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Originally published August 27, 2014 at 6:09 AM | Page modified August 27, 2014 at 9:42 AM

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Kevin Spacey to sing in 1-night-only concert in DC

He has lied, cheated and killed, but "House of Cards" President Frank Underwood isn't done yet. Next he's going to sing.


AP Drama Writer

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NEW YORK —

He has lied, cheated and killed, but "House of Cards" President Frank Underwood isn't done yet. Next he's going to sing.

Two-time Academy Award winner Kevin Spacey will take time out from filming the third season of the Netflix hit series to show off his vocal talents at a one-night-only gala concert Sept. 29 at the Shakespeare Theatre in Washington, D.C. The concert will benefit scholarships and grants for emerging artists.

Spacey, who played singer Bobby Darin in "Beyond the Sea," promises some Billy Joel songs, some Simon & Garfunkel, a bit of Sinatra, plenty of swing, a few stories and a surprise guest or two, all backed by a 40-piece orchestra. "You never know what I might come up with," he said. Tickets, still available, are $104.

Proceeds from the show will help fund the Kevin Spacey Foundation, which recently chose Pace University in New York to be the first institution of higher education in the United States to receive its scholarships and funding support.

Five incoming Pace students who received the first U.S. scholarships will start this fall and 10 others will receive funds to support travel expenses to perform abroad. Spacey's foundation, with $500,000 in scholarships and $200,000 in grants, also helps students at Regent's University London.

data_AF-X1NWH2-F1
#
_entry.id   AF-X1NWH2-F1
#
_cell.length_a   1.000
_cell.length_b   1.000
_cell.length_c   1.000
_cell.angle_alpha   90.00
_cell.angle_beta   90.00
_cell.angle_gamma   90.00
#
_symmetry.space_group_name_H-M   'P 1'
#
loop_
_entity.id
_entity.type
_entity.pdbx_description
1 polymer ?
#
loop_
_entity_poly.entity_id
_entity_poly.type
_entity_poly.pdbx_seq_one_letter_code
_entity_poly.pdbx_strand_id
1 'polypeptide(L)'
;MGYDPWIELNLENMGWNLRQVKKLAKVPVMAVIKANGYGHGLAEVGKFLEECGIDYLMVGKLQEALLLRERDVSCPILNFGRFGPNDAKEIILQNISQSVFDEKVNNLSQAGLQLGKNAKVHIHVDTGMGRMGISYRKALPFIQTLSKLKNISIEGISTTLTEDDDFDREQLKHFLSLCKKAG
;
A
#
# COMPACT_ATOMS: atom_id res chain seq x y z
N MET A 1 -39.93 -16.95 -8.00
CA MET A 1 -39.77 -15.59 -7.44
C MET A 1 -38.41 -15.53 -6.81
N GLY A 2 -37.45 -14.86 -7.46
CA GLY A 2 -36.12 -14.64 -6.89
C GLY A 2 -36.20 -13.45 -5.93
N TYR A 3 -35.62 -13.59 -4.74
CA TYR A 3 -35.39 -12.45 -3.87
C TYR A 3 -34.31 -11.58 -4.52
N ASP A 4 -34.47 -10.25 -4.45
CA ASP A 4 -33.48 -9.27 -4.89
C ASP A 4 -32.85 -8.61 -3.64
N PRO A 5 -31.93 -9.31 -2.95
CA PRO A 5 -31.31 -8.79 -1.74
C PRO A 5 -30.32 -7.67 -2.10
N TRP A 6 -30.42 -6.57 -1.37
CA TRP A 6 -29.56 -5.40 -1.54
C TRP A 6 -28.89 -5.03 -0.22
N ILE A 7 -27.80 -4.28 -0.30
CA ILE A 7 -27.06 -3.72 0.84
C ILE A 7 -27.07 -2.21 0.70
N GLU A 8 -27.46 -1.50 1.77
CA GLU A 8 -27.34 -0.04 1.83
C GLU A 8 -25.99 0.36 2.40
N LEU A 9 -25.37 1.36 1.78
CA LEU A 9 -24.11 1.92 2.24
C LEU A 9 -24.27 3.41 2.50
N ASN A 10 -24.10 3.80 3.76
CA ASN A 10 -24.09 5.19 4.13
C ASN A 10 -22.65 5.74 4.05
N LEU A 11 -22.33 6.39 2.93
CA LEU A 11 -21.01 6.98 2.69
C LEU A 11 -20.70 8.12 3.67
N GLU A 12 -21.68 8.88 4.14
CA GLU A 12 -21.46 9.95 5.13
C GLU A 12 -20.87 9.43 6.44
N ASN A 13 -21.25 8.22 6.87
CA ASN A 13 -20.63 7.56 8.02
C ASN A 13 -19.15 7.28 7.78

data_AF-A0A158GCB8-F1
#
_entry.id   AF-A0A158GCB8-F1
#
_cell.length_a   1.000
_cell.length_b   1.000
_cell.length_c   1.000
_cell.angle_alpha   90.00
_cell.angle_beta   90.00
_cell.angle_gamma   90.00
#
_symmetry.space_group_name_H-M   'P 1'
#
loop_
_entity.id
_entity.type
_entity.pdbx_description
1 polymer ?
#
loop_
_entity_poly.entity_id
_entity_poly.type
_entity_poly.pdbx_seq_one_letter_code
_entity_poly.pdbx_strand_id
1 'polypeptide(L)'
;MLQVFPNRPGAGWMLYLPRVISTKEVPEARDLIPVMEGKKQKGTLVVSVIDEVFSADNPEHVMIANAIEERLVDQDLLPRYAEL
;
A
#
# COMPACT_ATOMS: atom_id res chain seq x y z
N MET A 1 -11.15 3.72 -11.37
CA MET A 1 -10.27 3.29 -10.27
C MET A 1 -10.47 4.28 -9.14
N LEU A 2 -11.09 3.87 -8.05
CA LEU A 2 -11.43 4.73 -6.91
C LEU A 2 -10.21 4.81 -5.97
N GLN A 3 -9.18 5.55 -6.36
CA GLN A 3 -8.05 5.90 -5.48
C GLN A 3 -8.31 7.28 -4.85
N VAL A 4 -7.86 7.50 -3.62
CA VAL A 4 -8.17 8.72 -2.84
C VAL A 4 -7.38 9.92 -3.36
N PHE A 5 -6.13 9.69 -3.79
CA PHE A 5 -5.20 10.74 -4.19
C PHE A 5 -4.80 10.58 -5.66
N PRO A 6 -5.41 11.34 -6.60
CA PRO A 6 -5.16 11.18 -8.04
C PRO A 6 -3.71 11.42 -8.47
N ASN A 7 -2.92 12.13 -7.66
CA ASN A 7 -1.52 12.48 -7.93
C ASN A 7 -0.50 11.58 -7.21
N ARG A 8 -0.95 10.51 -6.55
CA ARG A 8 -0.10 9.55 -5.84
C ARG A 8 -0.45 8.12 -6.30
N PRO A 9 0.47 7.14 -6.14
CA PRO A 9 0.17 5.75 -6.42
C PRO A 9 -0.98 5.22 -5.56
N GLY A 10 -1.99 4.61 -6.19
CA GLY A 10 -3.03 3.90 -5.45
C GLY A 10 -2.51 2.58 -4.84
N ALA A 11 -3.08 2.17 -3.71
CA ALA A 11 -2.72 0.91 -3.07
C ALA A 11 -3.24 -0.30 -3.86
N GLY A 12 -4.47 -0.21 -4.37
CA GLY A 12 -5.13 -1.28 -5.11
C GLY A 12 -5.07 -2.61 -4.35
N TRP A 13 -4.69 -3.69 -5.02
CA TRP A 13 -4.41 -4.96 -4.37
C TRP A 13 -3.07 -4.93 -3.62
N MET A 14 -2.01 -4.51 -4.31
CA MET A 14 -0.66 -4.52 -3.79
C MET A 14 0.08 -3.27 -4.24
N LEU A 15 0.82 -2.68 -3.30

"We're hoping to expand these scholarships in lots of universities and drama schools around the country. Our intention is to continue to grow and expand our reach," Spacey said. "In large measure it's because I'm a recipient of these kinds of things."

Spacey, who won Oscars for the movies "The Usual Suspects" and "American Beauty," was also the star of "Pay It Forward," and the Juilliard-trained actor said he remembers as a middle-class student struggling to pay tuition.

"I was on a couple of scholarships. I had a job in the school administrative office. I had a job as a hat-check boy in a restaurant. I had another job as an assistant to a casting director. It took a lot to get myself enough money to put myself through Juilliard," he said. "I know how difficult it can be. I know what this means to young students who are trying to get training."

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Online: http://kevinspaceyfoundation.com



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